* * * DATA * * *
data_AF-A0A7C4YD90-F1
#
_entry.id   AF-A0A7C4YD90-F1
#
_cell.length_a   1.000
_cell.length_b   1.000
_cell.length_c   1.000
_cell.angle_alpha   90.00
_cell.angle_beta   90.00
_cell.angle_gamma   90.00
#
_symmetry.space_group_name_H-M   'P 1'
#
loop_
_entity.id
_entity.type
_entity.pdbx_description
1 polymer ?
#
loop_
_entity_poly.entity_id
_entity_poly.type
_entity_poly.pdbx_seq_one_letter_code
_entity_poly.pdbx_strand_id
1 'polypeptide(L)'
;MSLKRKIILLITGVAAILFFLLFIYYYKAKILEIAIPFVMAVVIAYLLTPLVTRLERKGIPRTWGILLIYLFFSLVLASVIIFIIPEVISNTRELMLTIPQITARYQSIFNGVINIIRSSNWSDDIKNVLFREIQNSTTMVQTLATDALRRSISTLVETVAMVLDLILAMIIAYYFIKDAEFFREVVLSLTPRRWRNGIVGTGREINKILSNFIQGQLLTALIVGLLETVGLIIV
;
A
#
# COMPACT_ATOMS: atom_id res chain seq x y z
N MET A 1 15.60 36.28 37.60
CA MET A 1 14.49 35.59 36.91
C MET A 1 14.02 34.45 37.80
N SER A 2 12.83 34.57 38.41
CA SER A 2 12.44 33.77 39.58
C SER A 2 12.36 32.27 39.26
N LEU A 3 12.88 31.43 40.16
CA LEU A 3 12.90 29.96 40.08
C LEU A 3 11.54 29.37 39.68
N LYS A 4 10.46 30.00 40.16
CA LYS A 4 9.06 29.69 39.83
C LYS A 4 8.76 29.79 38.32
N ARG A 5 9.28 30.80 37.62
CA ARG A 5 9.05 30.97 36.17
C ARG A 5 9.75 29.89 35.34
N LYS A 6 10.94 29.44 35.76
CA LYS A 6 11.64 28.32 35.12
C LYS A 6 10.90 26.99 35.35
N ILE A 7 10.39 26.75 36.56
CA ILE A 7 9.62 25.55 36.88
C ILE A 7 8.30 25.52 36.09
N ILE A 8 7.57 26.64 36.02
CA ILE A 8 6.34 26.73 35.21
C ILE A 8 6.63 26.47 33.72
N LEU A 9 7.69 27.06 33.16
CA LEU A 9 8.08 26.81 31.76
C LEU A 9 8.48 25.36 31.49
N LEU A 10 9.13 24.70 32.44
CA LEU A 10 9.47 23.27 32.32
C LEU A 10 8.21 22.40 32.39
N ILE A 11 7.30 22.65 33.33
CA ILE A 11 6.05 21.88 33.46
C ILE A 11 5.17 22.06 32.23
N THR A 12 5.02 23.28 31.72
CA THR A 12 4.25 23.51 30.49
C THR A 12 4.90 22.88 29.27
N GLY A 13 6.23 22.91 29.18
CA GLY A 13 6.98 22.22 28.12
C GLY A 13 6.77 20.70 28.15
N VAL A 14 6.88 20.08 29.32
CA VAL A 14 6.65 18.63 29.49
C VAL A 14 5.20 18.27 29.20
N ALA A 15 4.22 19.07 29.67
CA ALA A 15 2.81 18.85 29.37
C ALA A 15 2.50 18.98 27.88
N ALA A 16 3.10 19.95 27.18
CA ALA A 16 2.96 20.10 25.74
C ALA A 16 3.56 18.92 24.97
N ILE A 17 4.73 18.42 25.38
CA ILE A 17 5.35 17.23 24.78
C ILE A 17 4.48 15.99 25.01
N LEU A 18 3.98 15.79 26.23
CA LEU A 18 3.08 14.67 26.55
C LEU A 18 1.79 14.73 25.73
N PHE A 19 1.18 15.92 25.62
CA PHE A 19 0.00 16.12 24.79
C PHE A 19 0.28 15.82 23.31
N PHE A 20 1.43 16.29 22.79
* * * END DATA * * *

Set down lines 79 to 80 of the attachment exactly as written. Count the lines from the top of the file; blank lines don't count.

N ILE A 17 4.73 18.42 25.38
CA ILE A 17 5.35 17.23 24.78